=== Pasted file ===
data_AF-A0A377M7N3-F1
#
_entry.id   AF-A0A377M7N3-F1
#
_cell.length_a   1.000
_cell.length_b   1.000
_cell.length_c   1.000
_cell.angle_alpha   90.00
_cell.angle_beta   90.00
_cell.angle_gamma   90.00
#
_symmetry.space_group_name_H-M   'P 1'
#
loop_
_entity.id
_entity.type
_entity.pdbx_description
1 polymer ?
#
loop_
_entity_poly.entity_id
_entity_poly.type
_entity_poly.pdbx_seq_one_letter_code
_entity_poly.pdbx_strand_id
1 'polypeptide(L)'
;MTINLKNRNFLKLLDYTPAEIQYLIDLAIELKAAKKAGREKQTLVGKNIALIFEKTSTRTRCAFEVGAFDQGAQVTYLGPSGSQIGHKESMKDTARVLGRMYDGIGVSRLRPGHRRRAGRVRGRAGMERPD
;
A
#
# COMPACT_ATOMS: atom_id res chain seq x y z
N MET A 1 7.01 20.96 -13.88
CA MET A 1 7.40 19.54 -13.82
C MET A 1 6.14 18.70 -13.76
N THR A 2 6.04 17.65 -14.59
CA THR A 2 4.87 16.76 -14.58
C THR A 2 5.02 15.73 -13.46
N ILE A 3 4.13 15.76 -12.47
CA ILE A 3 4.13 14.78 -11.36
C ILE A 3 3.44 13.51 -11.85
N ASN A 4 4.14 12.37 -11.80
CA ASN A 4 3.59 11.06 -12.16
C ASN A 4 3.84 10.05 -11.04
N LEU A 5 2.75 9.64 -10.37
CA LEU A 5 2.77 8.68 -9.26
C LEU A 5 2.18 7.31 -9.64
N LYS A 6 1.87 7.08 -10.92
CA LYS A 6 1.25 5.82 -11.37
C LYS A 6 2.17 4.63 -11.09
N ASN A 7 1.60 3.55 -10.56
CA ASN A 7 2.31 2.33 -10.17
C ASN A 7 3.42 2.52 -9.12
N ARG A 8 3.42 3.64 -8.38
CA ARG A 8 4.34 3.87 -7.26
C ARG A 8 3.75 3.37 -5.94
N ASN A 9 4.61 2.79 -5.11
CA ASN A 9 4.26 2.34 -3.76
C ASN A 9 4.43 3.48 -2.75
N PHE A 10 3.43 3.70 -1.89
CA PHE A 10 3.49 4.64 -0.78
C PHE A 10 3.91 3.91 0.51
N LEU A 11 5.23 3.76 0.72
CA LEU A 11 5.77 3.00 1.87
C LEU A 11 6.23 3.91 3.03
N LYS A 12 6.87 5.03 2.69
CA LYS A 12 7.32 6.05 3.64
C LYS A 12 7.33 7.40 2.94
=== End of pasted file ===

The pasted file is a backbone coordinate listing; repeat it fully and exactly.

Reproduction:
data_AF-A0A377M7N3-F1
#
_entry.id   AF-A0A377M7N3-F1
#
_cell.length_a   1.000
_cell.length_b   1.000
_cell.length_c   1.000
_cell.angle_alpha   90.00
_cell.angle_beta   90.00
_cell.angle_gamma   90.00
#
_symmetry.space_group_name_H-M   'P 1'
#
loop_
_entity.id
_entity.type
_entity.pdbx_description
1 polymer ?
#
loop_
_entity_poly.entity_id
_entity_poly.type
_entity_poly.pdbx_seq_one_letter_code
_entity_poly.pdbx_strand_id
1 'polypeptide(L)'
;MTINLKNRNFLKLLDYTPAEIQYLIDLAIELKAAKKAGREKQTLVGKNIALIFEKTSTRTRCAFEVGAFDQGAQVTYLGPSGSQIGHKESMKDTARVLGRMYDGIGVSRLRPGHRRRAGRVRGRAGMERPD
;
A
#
# COMPACT_ATOMS: atom_id res chain seq x y z
N MET A 1 7.01 20.96 -13.88
CA MET A 1 7.40 19.54 -13.82
C MET A 1 6.14 18.70 -13.76
N THR A 2 6.04 17.65 -14.59
CA THR A 2 4.87 16.76 -14.58
C THR A 2 5.02 15.73 -13.46
N ILE A 3 4.13 15.76 -12.47
CA ILE A 3 4.13 14.78 -11.36
C ILE A 3 3.44 13.51 -11.85
N ASN A 4 4.14 12.37 -11.80
CA ASN A 4 3.59 11.06 -12.16
C ASN A 4 3.84 10.05 -11.04
N LEU A 5 2.75 9.64 -10.37
CA LEU A 5 2.77 8.68 -9.26
C LEU A 5 2.18 7.31 -9.64
N LYS A 6 1.87 7.08 -10.92
CA LYS A 6 1.25 5.82 -11.37
C LYS A 6 2.17 4.63 -11.09
N ASN A 7 1.60 3.55 -10.56
CA ASN A 7 2.31 2.33 -10.17
C ASN A 7 3.42 2.52 -9.12
N ARG A 8 3.42 3.64 -8.38
CA ARG A 8 4.34 3.87 -7.26
C ARG A 8 3.75 3.37 -5.94
N ASN A 9 4.61 2.79 -5.11
CA ASN A 9 4.26 2.34 -3.76
C ASN A 9 4.43 3.48 -2.75
N PHE A 10 3.43 3.70 -1.89
CA PHE A 10 3.49 4.64 -0.78
C PHE A 10 3.91 3.91 0.51
N LEU A 11 5.23 3.76 0.72
CA LEU A 11 5.77 3.00 1.87
C LEU A 11 6.23 3.91 3.03
N LYS A 12 6.87 5.03 2.69
CA LYS A 12 7.32 6.05 3.64
C LYS A 12 7.33 7.40 2.94